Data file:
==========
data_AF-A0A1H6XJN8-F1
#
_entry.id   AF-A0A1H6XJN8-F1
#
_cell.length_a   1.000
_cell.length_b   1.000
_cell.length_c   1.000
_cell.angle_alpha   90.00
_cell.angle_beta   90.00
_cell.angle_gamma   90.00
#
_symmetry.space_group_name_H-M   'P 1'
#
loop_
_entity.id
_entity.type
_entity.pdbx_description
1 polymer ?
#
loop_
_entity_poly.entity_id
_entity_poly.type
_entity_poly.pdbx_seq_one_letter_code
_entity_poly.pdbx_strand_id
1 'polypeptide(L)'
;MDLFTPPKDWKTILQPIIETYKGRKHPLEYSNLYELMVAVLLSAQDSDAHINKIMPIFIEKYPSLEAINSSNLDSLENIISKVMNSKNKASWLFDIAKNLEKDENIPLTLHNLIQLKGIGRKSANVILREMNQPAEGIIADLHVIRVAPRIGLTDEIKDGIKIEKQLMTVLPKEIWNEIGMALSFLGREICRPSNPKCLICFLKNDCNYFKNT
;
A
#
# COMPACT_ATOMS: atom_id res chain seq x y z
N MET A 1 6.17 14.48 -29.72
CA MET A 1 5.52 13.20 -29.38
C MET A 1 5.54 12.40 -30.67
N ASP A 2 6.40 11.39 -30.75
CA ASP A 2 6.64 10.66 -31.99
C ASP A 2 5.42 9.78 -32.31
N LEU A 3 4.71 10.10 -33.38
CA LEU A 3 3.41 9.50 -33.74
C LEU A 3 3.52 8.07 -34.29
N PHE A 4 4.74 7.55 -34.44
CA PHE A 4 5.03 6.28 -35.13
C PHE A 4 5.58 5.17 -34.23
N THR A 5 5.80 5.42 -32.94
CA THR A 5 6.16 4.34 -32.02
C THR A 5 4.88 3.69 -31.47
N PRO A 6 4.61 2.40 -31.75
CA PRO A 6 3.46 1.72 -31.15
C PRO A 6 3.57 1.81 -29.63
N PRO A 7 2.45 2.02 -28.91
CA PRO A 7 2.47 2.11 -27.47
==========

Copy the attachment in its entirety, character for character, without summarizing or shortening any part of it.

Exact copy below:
data_AF-A0A1H6XJN8-F1
#
_entry.id   AF-A0A1H6XJN8-F1
#
_cell.length_a   1.000
_cell.length_b   1.000
_cell.length_c   1.000
_cell.angle_alpha   90.00
_cell.angle_beta   90.00
_cell.angle_gamma   90.00
#
_symmetry.space_group_name_H-M   'P 1'
#
loop_
_entity.id
_entity.type
_entity.pdbx_description
1 polymer ?
#
loop_
_entity_poly.entity_id
_entity_poly.type
_entity_poly.pdbx_seq_one_letter_code
_entity_poly.pdbx_strand_id
1 'polypeptide(L)'
;MDLFTPPKDWKTILQPIIETYKGRKHPLEYSNLYELMVAVLLSAQDSDAHINKIMPIFIEKYPSLEAINSSNLDSLENIISKVMNSKNKASWLFDIAKNLEKDENIPLTLHNLIQLKGIGRKSANVILREMNQPAEGIIADLHVIRVAPRIGLTDEIKDGIKIEKQLMTVLPKEIWNEIGMALSFLGREICRPSNPKCLICFLKNDCNYFKNT
;
A
#
# COMPACT_ATOMS: atom_id res chain seq x y z
N MET A 1 6.17 14.48 -29.72
CA MET A 1 5.52 13.20 -29.38
C MET A 1 5.54 12.40 -30.67
N ASP A 2 6.40 11.39 -30.75
CA ASP A 2 6.64 10.66 -31.99
C ASP A 2 5.42 9.78 -32.31
N LEU A 3 4.71 10.10 -33.38
CA LEU A 3 3.41 9.50 -33.74
C LEU A 3 3.52 8.07 -34.29
N PHE A 4 4.74 7.55 -34.44
CA PHE A 4 5.03 6.28 -35.13
C PHE A 4 5.58 5.17 -34.23
N THR A 5 5.80 5.42 -32.94
CA THR A 5 6.16 4.34 -32.02
C THR A 5 4.88 3.69 -31.47
N PRO A 6 4.61 2.40 -31.75
CA PRO A 6 3.46 1.72 -31.15
C PRO A 6 3.57 1.81 -29.63
N PRO A 7 2.45 2.02 -28.91
CA PRO A 7 2.47 2.11 -27.47